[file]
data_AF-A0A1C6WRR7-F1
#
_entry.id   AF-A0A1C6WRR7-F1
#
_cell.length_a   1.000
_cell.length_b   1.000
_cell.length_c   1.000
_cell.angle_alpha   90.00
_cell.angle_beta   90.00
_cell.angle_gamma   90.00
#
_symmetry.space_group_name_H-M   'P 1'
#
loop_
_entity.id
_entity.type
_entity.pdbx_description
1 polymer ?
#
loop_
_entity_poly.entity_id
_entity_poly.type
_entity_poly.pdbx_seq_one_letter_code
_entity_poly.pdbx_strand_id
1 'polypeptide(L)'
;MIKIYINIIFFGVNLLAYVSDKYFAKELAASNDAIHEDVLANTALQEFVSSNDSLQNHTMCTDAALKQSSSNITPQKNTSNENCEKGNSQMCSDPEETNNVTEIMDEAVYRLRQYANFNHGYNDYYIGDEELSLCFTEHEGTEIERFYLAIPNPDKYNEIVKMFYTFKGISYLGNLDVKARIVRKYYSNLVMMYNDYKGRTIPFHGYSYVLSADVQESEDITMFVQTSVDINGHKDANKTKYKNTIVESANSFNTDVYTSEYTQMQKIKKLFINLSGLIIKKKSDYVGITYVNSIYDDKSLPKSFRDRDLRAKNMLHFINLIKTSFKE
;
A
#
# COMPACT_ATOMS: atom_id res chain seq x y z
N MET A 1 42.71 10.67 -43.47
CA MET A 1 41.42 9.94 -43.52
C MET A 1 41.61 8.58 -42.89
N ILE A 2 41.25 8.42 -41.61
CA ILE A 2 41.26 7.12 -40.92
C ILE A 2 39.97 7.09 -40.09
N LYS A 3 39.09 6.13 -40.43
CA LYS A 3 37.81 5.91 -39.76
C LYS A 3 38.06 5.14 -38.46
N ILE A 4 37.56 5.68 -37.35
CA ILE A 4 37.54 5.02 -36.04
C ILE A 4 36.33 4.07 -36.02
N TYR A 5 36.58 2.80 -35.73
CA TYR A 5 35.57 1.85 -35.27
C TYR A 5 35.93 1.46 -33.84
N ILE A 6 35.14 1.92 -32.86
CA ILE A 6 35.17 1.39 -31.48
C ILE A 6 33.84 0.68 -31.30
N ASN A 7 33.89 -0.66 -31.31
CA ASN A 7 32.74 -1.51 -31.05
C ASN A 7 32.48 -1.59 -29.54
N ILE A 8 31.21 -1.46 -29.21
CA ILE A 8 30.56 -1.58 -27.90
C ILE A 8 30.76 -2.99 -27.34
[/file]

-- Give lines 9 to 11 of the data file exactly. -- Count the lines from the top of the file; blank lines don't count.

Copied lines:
_cell.angle_beta   90.00
_cell.angle_gamma   90.00
#